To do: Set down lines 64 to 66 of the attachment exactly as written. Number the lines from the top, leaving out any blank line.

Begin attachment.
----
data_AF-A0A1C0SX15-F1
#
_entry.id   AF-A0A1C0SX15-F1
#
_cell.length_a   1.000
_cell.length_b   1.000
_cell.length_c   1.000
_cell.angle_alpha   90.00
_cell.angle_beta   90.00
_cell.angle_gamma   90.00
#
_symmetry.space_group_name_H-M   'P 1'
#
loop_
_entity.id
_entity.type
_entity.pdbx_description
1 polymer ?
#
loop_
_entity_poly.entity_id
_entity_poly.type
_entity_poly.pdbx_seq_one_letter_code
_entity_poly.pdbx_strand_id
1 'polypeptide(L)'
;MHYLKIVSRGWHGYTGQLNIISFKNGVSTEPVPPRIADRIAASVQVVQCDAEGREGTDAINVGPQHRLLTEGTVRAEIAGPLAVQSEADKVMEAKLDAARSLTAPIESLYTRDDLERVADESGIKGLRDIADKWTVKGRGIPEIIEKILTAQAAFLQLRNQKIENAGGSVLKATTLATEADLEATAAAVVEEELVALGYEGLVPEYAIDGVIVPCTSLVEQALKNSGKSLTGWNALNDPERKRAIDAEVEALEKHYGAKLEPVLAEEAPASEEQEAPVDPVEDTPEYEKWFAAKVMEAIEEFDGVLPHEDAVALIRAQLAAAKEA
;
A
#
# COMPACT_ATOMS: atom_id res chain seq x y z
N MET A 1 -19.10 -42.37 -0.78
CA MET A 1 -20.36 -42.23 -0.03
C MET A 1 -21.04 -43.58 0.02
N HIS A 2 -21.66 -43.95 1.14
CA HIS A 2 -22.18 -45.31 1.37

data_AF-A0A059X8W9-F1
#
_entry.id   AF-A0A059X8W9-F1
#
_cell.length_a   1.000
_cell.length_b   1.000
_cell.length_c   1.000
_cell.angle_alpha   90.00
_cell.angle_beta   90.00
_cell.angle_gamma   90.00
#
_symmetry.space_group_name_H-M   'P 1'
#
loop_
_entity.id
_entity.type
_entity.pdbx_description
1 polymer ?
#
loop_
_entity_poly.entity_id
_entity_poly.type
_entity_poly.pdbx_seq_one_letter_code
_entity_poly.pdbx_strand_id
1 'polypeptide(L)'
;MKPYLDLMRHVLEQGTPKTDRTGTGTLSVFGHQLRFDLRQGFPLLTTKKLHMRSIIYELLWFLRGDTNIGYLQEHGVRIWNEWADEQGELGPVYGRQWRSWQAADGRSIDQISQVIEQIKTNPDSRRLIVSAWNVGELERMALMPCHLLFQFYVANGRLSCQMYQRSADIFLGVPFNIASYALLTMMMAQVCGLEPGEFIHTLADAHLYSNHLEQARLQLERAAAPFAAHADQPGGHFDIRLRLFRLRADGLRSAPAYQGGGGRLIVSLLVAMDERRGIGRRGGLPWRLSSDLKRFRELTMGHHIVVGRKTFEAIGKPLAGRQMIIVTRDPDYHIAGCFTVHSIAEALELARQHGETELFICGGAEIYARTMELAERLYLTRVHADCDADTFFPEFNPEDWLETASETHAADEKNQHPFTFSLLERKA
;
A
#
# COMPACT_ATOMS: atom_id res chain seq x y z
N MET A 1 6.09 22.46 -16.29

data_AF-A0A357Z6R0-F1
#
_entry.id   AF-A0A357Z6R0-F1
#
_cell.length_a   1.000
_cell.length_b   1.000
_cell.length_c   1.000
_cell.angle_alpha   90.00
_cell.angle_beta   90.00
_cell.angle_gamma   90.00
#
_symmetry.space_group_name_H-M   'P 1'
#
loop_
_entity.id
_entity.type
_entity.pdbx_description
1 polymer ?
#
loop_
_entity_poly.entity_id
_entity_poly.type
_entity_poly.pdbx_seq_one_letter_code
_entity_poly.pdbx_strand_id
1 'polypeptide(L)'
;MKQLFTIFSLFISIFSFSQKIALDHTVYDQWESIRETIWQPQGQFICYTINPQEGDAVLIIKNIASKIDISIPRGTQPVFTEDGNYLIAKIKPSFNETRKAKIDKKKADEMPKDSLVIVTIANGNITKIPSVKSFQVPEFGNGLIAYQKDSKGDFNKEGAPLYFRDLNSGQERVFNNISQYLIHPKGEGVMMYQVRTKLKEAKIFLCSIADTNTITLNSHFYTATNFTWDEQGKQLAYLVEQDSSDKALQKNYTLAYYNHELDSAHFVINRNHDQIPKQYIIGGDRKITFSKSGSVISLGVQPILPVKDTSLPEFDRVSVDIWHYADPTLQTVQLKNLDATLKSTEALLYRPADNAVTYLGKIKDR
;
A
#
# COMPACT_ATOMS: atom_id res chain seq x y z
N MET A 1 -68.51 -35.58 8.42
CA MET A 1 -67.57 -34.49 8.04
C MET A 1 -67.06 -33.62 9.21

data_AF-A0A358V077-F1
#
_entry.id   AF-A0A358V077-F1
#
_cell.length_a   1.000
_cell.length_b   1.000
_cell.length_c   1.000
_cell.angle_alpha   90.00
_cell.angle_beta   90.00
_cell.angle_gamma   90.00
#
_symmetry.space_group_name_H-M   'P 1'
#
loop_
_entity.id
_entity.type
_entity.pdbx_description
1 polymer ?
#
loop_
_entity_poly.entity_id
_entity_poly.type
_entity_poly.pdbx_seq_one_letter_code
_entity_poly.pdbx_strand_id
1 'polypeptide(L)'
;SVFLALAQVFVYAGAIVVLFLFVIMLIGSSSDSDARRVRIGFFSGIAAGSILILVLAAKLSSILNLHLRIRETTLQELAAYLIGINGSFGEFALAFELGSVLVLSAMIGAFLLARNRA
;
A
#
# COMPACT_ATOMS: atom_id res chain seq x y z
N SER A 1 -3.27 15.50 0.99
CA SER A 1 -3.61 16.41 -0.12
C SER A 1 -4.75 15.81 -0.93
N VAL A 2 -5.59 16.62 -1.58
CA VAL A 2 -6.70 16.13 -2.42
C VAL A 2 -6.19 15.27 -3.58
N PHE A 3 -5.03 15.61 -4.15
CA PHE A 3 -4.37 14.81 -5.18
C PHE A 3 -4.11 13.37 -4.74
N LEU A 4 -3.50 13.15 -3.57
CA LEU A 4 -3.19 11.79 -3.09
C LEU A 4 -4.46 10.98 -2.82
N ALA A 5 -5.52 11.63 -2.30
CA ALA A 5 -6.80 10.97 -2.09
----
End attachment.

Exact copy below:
#
# COMPACT_ATOMS: atom_id res chain seq x y z
N MET A 1 6.09 22.46 -16.29